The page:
By Steven Mufson
Washington Post Staff Writer
Saturday, January 15, 2011; A10
Faced with rising international food prices, governments around the world are cooking up measures to protect domestic supplies and keep a lid on prices at home.
Russia has banned grain exports until the end of the 2011 harvest. South Korea and the Philippines have suspended some of their import duties on foodstuffs such as fish and powdered milk. In December, Sri Lanka released rice stocks and re-imposed a price ceiling that had been removed in October. And across the Mideast and North Africa, governments have kept food prices low by using big subsidies.
The Food and Agriculture Organization of the United Nations recently warned that in December its food price index surpassed its previous peak of early summer 2008, fed by particularly sharp increases in sugar, cooking oils and fats. Corn and soy prices were also moving up quickly, with corn hitting a 29-month high Friday.
In Bangladesh, rice prices jumped 8 percent in December. In India, the price of onions soared 80 percent in just one week.
"Now everyone is having fears of going back to the levels of 2007-08," said Sudakshina Unnikrishnan, a Barclays Capital commodities analyst.
Rising food prices may have been an ingredient in the instability in Tunisia that drove that country's president, Zine el-Abidine Ben Ali, from office Thursday. The demonstrations and riots against Ben Ali were sparked in December by a license dispute between police and a fruit-and-vegetable vendor, who set himself on fire in protest. Earlier this week, one of the measures Ben Ali used in a futile bid to cling to power was to cut prices for sugar, cooking oil and other commodities.
But other countries, big and small, are struggling to deal with rising inflation rates. China this month boosted interest rates in an effort to cool its economy and calm inflation, which has been particularly strong for food.
In Armenia, hit by adverse weather, "the contraction of agricultural output and a rise in imported wheat prices have translated into higher food prices," the International Monetary Fund said last month. "Comprising nearly half of the weight of the consumer price index, higher food prices have pushed annual inflation over 9 percent in recent months."
Some of the factors feeding the rise in food prices - floods in Australia, last summer's drought in Russia, and bad weather in South America - are temporary, says Unnikrishnan. But, she adds, "if you're looking at next year or a few years out, the trading range has shifted higher on emerging market demand, lower inventories and biofuel policies that are adding a new layer of demand onto the market."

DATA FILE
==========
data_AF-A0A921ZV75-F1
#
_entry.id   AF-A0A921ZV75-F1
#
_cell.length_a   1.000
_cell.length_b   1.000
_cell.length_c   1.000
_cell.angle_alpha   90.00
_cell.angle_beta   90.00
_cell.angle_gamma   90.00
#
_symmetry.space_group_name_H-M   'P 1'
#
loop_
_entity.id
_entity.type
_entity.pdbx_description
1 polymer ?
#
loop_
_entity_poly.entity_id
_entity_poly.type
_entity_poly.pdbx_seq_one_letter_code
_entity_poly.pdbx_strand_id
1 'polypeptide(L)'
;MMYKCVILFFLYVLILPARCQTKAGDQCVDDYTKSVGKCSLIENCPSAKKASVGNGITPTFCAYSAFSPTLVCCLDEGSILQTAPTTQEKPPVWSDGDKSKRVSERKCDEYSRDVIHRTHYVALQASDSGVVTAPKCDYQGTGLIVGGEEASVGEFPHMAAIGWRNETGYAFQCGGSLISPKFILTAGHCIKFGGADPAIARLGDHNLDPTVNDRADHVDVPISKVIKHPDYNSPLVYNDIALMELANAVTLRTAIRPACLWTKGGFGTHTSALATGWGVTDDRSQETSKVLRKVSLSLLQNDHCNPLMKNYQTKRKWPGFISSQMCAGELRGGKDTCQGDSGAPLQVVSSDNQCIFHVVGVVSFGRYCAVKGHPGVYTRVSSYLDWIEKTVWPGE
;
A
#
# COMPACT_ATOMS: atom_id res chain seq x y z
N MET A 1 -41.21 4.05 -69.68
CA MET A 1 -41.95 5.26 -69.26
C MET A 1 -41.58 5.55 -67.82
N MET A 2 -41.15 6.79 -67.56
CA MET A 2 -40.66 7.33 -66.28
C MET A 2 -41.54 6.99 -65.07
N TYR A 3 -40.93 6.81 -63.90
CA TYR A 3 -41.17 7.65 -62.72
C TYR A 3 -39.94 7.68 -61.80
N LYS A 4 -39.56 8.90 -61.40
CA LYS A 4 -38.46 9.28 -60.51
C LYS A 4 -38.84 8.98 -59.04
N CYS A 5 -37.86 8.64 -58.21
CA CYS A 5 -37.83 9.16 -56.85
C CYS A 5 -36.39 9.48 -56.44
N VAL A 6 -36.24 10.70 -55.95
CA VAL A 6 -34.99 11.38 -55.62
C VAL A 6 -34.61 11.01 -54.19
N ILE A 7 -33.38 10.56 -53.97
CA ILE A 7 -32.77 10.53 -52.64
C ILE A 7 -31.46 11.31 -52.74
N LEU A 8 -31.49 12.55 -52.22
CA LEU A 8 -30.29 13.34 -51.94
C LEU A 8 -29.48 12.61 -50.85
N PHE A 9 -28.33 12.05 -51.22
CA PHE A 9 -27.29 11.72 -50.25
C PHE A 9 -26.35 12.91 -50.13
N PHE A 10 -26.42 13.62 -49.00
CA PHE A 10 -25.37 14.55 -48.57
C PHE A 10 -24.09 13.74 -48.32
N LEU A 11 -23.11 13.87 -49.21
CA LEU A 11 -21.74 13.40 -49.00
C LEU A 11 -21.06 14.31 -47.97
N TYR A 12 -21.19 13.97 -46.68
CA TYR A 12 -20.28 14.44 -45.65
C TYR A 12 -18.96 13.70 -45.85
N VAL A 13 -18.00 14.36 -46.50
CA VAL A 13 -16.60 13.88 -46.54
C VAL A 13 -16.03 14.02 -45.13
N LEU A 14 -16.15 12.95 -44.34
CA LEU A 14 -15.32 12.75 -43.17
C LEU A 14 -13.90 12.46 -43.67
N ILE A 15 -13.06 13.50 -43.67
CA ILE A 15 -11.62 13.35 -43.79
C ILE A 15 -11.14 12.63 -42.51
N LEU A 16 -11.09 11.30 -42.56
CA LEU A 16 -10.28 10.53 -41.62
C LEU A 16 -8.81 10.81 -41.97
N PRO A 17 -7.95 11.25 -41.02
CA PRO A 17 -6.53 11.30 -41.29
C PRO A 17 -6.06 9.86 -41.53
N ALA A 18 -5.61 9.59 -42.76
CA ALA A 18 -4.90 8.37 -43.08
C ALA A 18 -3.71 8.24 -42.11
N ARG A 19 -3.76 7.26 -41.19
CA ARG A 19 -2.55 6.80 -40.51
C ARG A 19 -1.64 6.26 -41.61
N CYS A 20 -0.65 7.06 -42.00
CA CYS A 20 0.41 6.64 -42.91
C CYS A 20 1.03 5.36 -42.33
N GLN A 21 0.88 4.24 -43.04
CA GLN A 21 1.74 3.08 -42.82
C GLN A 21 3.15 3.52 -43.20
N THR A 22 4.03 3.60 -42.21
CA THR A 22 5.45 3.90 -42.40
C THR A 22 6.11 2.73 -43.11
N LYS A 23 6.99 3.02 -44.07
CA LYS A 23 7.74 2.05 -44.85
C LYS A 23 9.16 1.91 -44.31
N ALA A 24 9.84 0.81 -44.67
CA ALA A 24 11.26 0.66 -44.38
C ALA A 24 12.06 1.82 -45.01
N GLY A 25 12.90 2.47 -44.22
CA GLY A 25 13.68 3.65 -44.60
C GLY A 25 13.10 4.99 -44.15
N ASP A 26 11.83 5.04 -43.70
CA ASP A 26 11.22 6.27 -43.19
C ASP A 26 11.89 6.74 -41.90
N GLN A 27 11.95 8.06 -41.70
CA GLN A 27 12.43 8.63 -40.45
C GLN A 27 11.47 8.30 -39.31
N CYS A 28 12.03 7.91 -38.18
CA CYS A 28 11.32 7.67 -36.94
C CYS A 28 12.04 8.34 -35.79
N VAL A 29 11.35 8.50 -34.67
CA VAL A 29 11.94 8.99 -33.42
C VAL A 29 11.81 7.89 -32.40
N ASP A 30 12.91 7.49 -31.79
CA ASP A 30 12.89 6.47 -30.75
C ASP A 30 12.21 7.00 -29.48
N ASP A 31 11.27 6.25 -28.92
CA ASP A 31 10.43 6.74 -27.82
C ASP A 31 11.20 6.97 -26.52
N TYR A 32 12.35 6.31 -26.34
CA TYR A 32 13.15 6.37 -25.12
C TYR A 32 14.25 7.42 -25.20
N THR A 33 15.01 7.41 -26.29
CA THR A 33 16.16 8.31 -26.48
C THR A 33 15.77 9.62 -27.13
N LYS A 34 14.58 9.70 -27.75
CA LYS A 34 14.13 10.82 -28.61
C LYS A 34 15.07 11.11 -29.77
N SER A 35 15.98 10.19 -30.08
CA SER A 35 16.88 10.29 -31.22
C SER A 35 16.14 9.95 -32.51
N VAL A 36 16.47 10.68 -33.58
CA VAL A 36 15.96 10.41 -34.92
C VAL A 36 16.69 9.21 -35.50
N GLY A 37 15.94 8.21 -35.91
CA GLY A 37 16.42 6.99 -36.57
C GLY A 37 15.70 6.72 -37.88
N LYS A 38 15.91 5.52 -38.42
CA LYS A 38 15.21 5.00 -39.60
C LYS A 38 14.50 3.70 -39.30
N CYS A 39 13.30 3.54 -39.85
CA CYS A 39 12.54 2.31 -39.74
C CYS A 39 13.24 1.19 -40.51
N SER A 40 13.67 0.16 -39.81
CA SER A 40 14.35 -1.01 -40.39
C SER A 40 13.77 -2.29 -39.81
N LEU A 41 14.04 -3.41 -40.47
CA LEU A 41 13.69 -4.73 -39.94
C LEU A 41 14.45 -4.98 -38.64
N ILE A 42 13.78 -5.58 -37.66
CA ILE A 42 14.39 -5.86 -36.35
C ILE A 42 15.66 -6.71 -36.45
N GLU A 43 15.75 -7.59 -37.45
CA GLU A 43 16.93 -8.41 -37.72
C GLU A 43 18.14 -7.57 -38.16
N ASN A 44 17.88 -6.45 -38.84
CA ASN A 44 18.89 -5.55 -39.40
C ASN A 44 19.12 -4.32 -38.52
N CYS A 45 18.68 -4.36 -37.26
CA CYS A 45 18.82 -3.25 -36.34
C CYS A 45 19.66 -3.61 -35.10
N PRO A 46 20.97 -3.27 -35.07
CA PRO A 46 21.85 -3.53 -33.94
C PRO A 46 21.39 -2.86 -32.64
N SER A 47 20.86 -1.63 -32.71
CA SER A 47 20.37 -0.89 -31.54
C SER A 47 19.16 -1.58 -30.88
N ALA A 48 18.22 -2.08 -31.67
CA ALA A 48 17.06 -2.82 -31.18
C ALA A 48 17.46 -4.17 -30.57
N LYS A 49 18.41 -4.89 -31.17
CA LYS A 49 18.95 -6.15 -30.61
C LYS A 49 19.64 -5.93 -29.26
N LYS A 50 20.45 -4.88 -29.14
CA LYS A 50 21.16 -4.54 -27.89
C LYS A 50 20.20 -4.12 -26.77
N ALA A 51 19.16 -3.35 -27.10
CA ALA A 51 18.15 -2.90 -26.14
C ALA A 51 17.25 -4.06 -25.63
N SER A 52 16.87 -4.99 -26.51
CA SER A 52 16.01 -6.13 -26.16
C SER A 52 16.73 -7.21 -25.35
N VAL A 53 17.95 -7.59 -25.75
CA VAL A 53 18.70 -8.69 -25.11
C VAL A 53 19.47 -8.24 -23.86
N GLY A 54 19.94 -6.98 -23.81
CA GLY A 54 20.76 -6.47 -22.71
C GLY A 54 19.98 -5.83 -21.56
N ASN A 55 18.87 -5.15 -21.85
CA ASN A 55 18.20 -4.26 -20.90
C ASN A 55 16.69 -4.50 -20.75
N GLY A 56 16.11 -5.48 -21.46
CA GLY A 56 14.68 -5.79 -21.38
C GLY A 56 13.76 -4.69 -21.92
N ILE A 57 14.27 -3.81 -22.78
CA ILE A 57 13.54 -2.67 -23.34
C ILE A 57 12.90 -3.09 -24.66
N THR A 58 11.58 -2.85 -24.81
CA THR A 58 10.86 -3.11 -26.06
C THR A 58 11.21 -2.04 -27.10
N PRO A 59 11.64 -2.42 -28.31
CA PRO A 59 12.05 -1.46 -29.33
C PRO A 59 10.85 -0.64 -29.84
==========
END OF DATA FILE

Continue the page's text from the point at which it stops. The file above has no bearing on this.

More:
Despite surging prices in other countries, food prices in the United States remained relatively stable in December, rising a modest 0.1 percent, the Labor Department reported Friday. But U.S. consumer prices overall jumped last month by 0.5 percent owing to a sharp increase in fuel costs, particularly for gasoline.
Lester Brown, president of the Earth Policy Institute, a Washington think tank, warns that long-term food trends are worrisome, especially for soybeans. He notes that in 1995 China produced the same amount of soybeans it consumed, but since then production has stayed the same and consumption has jumped fivefold.
World demand for soy, used largely as an ingredient in livestock feed, is rising at a rate of more than 6 percent a year, Brown says, but crop yields are fairly constant. As a result, he said, the amount of land devoted to growing soy has risen at an unsustainable rate. More land in the United States is devoted to growing soy than to wheat, he said. In Brazil, more land is used for soybeans than for all grains combined.
Above all, Brown said, water shortages and climate change will constrain output. Every one-degree Centigrade increase in temperature will reduce grain yields by 10 percent, he said.
That will take some time, however. For the moment, analysts are looking more closely at seasonal factors.
Unnikrishnan said wheat prices might not reach their 2008 peak because global stocks are about 45 percent higher than they were then. But markets for corn are tighter, she said; U.S. corn stocks have plunged to less than half their levels a year ago and lower than any time in the past 15 years. Meanwhile, China, traditionally a modest exporter of corn, has been importing it for the past six months.
International agencies are worried about the effect of higher food prices on the world's poorest people.
"We are really concerned about the impact of rising food prices on the most vulnerable. They are the ones who tend to be most hit," said Ngozi Okonjo-Iweala, a World Bank managing director and former Nigerian finance minister. "You saw what happened in 2008 and 2009 . . . 64 million-plus people were thrown into poverty."